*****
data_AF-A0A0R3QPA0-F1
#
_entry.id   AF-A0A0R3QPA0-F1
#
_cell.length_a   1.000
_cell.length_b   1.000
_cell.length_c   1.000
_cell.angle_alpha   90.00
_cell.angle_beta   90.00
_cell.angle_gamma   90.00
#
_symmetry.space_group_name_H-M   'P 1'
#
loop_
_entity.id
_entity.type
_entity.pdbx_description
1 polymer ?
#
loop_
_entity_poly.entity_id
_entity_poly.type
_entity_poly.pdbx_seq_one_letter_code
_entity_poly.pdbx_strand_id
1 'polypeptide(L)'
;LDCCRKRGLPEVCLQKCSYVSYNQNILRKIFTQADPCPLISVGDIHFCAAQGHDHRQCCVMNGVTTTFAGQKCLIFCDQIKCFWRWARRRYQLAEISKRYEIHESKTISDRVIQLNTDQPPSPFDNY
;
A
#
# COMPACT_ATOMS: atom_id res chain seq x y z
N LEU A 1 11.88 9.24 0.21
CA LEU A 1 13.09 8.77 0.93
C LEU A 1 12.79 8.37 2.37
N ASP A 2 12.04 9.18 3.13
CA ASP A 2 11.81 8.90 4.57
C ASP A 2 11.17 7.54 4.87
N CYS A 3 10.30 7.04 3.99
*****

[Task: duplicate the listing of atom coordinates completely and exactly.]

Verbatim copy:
data_AF-A0A0R3QPA0-F1
#
_entry.id   AF-A0A0R3QPA0-F1
#
_cell.length_a   1.000
_cell.length_b   1.000
_cell.length_c   1.000
_cell.angle_alpha   90.00
_cell.angle_beta   90.00
_cell.angle_gamma   90.00
#
_symmetry.space_group_name_H-M   'P 1'
#
loop_
_entity.id
_entity.type
_entity.pdbx_description
1 polymer ?
#
loop_
_entity_poly.entity_id
_entity_poly.type
_entity_poly.pdbx_seq_one_letter_code
_entity_poly.pdbx_strand_id
1 'polypeptide(L)'
;LDCCRKRGLPEVCLQKCSYVSYNQNILRKIFTQADPCPLISVGDIHFCAAQGHDHRQCCVMNGVTTTFAGQKCLIFCDQIKCFWRWARRRYQLAEISKRYEIHESKTISDRVIQLNTDQPPSPFDNY
;
A
#
# COMPACT_ATOMS: atom_id res chain seq x y z
N LEU A 1 11.88 9.24 0.21
CA LEU A 1 13.09 8.77 0.93
C LEU A 1 12.79 8.37 2.37
N ASP A 2 12.04 9.18 3.13
CA ASP A 2 11.81 8.90 4.57
C ASP A 2 11.17 7.54 4.87
N CYS A 3 10.30 7.04 3.99